I am pleased to announce the initial publication my translation of the 20th century Russian classic, The Master and Margarita, by Mikhail Bulgakov. Translating this novel from Russian to English has been a joy and an obsession; I finally feel that it is translated, edited, proofed and formatted to my satisfaction, and so ready to go out into the world. Currently it is only available as a Kindle e-book, but is days away from release as a trade-paperback. It will also soon be available on Apple’s iBooks store and at Barnes & Noble.
An epic tale of love, good and evil, The Master and Margarita is at once serous and absurd, mundane and fantastic, humorous and dark. When the mysterious “black magician,” Voland, arrives in Moscow in the 1930s, all hell breaks loose. Voland and his cronies use extraordinary means to highlight the selfishness and pettiness of so many Muscovites, and make them suffer as a result. At this same time, one Margarita Nikolaevna, and a writer who calls himself “the master,” are engaged in a struggle to find peace in a world turned upside down in the aftermath of world war, revolution, and civil war, and a society crushed under the increasing repression exercised by the new Communist Party regime.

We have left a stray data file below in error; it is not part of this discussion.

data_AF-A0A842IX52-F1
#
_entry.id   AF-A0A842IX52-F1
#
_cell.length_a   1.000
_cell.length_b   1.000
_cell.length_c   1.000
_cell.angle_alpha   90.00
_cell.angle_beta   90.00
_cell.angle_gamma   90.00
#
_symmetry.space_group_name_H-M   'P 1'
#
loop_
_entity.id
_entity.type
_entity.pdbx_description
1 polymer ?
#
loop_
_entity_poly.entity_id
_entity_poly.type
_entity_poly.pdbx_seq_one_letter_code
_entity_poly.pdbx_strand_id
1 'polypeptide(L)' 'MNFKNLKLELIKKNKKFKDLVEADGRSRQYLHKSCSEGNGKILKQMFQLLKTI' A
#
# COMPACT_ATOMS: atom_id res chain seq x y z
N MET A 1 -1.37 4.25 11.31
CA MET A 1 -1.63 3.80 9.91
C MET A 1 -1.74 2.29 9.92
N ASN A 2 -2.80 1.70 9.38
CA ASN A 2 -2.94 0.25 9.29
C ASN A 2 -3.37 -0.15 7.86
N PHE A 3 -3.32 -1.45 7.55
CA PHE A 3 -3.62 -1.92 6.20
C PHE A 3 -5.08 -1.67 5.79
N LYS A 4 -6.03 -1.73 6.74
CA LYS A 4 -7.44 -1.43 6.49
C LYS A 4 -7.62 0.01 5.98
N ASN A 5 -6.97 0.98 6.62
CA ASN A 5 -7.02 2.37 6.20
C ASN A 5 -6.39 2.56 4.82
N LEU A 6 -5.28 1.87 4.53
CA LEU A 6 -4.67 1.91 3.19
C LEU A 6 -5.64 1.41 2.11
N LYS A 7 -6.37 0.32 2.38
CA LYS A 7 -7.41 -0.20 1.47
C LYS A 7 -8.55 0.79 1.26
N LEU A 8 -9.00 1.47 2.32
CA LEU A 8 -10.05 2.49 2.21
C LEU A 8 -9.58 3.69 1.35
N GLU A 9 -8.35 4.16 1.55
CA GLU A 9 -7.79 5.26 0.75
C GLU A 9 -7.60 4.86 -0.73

My translation of this Soviet-Russian classic by Mikhail Bulgakov began as a simple reading of it in English translation. My wife had brought home a copy of The Master and Margarita lent to her by a friend. I got as far as page three and realized: What am I doing? I can read this in Russian! Reading the original Russian inspired me to examine the language to try and understand the meaning more precisely and deeply. I soon decided that I should be writing down the findings of my research, and so this reading turned into a translation project. By the end of this work, three goals had emerged: first, to capture as best I could the nuances of meaning in every sentence; second, to craft a telling of The Master and Margarita that would preserve this meaning while making it a pleasure to read in English; third, and most importantly, to keep this awesome story alive. This last aim makes me feel like a teller of epic tales from a pre-literate age: one whose main tasks were to stay true to the memory of the story, and at the same time to know the experiences and culture of his/her audience, and to speak to them.
In the coming days I will be posting a list of questions for study and discussion, which will be useful in academia and for book groups. This list will be open to addition, and will hopefully inspire a discussion in the pages of this blog. Please feel free to engage, suggest new avenues for discussion of The Master and Margarita, and/or review this translation.
I can only hope that this translation will be a pleasure for others to read, as it was for me to translate, and that it might inspire others to remember and relate the epic tale of The Master and Margarita.